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Nintendo bringing DS games to Wii U, apps to smartphones

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Nintendo is, how should we put this, in a bit of a pickle at the moment regarding Wii U sales and company profits. The company noted a 36% drop in sales of the Wii U, despite the release of some solid first-party games like The Legend of Zelda: The Wind Waker HD and Super Mario 3D World. This all contributed to a 30% drop in company profits, and as a result, Nintendo’s CEO Satoru Iwata has slashed his salary in half, and other Nintendo execs are due to get a salary cut of around 30%.

In an attempt to counter some of this negativity, Nintendo has announced that they will be bringing Nintendo DS games to the Wii U Virtual Console. This is a terrific move considering the library of outstanding titles on the DS systems. Apparently there have been some technical difficulties that prevented this from happening sooner, and Iwata was unable to confirm which titles would be ported to Wii U. That being said, Brain Age was used as an example alongside this news.

Furthermore, after years and years of speculation, Nintendo will be bringing software to smartphones. Don’t get too excited; Iwata was still emphatic that you will never see a Mario game on an iPhone. Instead, Nintendo plans to utilise their library of well-known characters in order to bring promotional apps to smartphones and tablet devices.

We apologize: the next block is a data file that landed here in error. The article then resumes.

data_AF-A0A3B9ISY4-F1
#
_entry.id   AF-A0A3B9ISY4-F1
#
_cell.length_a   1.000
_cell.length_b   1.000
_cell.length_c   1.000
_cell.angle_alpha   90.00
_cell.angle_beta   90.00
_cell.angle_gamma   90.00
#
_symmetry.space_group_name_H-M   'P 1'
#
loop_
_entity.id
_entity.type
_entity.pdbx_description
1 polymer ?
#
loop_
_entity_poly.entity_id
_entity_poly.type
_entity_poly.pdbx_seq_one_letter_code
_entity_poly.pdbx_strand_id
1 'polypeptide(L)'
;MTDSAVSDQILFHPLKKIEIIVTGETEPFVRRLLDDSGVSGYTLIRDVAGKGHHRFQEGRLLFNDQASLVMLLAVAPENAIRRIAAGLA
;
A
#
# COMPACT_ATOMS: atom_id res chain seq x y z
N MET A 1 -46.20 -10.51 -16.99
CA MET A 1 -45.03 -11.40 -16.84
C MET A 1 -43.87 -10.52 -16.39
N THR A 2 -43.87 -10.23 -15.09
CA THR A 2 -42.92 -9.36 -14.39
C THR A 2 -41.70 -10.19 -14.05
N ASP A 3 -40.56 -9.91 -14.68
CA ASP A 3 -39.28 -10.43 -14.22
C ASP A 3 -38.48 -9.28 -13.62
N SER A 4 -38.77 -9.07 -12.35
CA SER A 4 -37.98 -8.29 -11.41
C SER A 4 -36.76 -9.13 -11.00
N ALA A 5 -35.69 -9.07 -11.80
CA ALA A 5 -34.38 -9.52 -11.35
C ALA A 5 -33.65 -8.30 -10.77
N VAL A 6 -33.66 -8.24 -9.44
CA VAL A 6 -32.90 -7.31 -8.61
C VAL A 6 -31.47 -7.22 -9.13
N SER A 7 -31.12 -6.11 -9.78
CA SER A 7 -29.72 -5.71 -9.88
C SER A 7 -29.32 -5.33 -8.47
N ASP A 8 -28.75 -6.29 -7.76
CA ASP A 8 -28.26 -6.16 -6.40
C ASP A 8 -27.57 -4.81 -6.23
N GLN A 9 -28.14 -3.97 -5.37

The aim of these Nintendo apps is simply to “focus on achieving greater ties with our consumers on smart devices and expanding our platform business,” Iwata announced. It kind of sounds like an elaborate advertising tool for Nintendo, although we have no doubt that they will figure out some way to make the offering a compelling one to fans and newcomers.

Sources: Polygon & Kotaku

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  • http://dinosaur-signal.tumblr.com/ Miktar Dracon

    Irony being, in spite of lower projected earnings, the company still turned a hefty profit. The executive salary cut was a conciliatory move to placate shareholders, pure politics.

    That said, at least this shows Nintendo has started to understand one of the real problems it faces: that it’s no longer the go-to brand for children. They need to rebuild their brand awareness with kids outside the Pokesphere from the ground up, which is no small task. Bringing their Quality of Life apps to phones is a good start, but they have a long road ahead.

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